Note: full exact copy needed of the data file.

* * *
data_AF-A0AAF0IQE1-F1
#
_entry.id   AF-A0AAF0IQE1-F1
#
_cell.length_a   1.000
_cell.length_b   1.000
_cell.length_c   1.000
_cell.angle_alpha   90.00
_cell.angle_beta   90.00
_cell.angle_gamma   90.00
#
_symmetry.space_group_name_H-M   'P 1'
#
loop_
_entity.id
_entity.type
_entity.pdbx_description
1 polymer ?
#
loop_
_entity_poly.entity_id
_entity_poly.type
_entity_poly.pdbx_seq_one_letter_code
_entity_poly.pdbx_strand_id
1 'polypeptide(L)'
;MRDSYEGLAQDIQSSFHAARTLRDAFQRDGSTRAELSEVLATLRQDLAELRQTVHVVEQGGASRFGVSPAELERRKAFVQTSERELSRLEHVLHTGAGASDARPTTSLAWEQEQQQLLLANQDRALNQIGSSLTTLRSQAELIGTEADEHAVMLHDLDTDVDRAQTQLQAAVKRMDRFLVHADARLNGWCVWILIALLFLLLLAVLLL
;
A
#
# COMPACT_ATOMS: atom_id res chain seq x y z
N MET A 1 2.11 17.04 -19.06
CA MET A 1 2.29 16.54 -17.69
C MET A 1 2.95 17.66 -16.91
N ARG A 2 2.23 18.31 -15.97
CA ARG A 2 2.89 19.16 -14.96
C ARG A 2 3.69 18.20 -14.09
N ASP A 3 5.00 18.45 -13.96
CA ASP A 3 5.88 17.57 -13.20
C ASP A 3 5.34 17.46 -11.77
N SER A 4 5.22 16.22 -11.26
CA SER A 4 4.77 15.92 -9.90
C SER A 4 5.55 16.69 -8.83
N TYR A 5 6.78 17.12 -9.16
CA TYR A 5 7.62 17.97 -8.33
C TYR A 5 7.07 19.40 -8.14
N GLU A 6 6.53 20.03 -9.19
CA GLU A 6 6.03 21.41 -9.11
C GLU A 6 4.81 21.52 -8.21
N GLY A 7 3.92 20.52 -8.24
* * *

data_AF-A0AAF0IQE1-F1
#
_entry.id   AF-A0AAF0IQE1-F1
#
_cell.length_a   1.000
_cell.length_b   1.000
_cell.length_c   1.000
_cell.angle_alpha   90.00
_cell.angle_beta   90.00
_cell.angle_gamma   90.00
#
_symmetry.space_group_name_H-M   'P 1'
#
loop_
_entity.id
_entity.type
_entity.pdbx_description
1 polymer ?
#
loop_
_entity_poly.entity_id
_entity_poly.type
_entity_poly.pdbx_seq_one_letter_code
_entity_poly.pdbx_strand_id
1 'polypeptide(L)'
;MRDSYEGLAQDIQSSFHAARTLRDAFQRDGSTRAELSEVLATLRQDLAELRQTVHVVEQGGASRFGVSPAELERRKAFVQTSERELSRLEHVLHTGAGASDARPTTSLAWEQEQQQLLLANQDRALNQIGSSLTTLRSQAELIGTEADEHAVMLHDLDTDVDRAQTQLQAAVKRMDRFLVHADARLNGWCVWILIALLFLLLLAVLLL
;
A
#
# COMPACT_ATOMS: atom_id res chain seq x y z
N MET A 1 2.11 17.04 -19.06
CA MET A 1 2.29 16.54 -17.69
C MET A 1 2.95 17.66 -16.91
N ARG A 2 2.23 18.31 -15.97
CA ARG A 2 2.89 19.16 -14.96
C ARG A 2 3.69 18.20 -14.09
N ASP A 3 5.00 18.45 -13.96
CA ASP A 3 5.88 17.57 -13.20
C ASP A 3 5.34 17.46 -11.77
N SER A 4 5.22 16.22 -11.26
CA SER A 4 4.77 15.92 -9.90
C SER A 4 5.55 16.69 -8.83
N TYR A 5 6.78 17.12 -9.16
CA TYR A 5 7.62 17.97 -8.33
C TYR A 5 7.07 19.40 -8.14
N GLU A 6 6.53 20.03 -9.19
CA GLU A 6 6.03 21.41 -9.11
C GLU A 6 4.81 21.52 -8.21
N GLY A 7 3.92 20.52 -8.24